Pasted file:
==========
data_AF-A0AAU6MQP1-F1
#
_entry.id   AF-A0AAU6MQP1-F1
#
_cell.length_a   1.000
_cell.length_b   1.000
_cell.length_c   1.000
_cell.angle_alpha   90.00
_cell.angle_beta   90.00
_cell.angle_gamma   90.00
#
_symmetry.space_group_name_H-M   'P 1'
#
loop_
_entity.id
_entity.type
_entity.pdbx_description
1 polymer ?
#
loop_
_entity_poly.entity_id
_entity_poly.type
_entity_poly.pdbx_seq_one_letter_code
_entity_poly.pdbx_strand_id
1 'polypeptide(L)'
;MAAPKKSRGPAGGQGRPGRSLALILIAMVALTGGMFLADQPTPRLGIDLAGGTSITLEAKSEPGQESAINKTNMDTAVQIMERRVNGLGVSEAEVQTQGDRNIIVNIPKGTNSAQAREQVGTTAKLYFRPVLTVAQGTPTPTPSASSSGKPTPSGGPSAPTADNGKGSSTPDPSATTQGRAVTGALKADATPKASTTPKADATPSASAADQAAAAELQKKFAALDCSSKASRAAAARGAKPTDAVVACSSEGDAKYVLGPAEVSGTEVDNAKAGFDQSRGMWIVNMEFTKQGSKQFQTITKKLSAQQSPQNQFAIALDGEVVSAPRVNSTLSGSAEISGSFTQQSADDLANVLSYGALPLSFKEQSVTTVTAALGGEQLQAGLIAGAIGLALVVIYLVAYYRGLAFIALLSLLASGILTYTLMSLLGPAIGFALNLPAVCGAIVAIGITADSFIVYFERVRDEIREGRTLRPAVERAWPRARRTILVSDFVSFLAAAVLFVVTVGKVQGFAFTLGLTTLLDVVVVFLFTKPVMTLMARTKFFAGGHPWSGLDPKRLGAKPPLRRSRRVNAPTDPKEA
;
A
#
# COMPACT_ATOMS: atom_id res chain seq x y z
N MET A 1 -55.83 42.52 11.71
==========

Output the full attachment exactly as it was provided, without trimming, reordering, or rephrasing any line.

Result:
data_AF-A0AAU6MQP1-F1
#
_entry.id   AF-A0AAU6MQP1-F1
#
_cell.length_a   1.000
_cell.length_b   1.000
_cell.length_c   1.000
_cell.angle_alpha   90.00
_cell.angle_beta   90.00
_cell.angle_gamma   90.00
#
_symmetry.space_group_name_H-M   'P 1'
#
loop_
_entity.id
_entity.type
_entity.pdbx_description
1 polymer ?
#
loop_
_entity_poly.entity_id
_entity_poly.type
_entity_poly.pdbx_seq_one_letter_code
_entity_poly.pdbx_strand_id
1 'polypeptide(L)'
;MAAPKKSRGPAGGQGRPGRSLALILIAMVALTGGMFLADQPTPRLGIDLAGGTSITLEAKSEPGQESAINKTNMDTAVQIMERRVNGLGVSEAEVQTQGDRNIIVNIPKGTNSAQAREQVGTTAKLYFRPVLTVAQGTPTPTPSASSSGKPTPSGGPSAPTADNGKGSSTPDPSATTQGRAVTGALKADATPKASTTPKADATPSASAADQAAAAELQKKFAALDCSSKASRAAAARGAKPTDAVVACSSEGDAKYVLGPAEVSGTEVDNAKAGFDQSRGMWIVNMEFTKQGSKQFQTITKKLSAQQSPQNQFAIALDGEVVSAPRVNSTLSGSAEISGSFTQQSADDLANVLSYGALPLSFKEQSVTTVTAALGGEQLQAGLIAGAIGLALVVIYLVAYYRGLAFIALLSLLASGILTYTLMSLLGPAIGFALNLPAVCGAIVAIGITADSFIVYFERVRDEIREGRTLRPAVERAWPRARRTILVSDFVSFLAAAVLFVVTVGKVQGFAFTLGLTTLLDVVVVFLFTKPVMTLMARTKFFAGGHPWSGLDPKRLGAKPPLRRSRRVNAPTDPKEA
;
A
#
# COMPACT_ATOMS: atom_id res chain seq x y z
N MET A 1 -55.83 42.52 11.71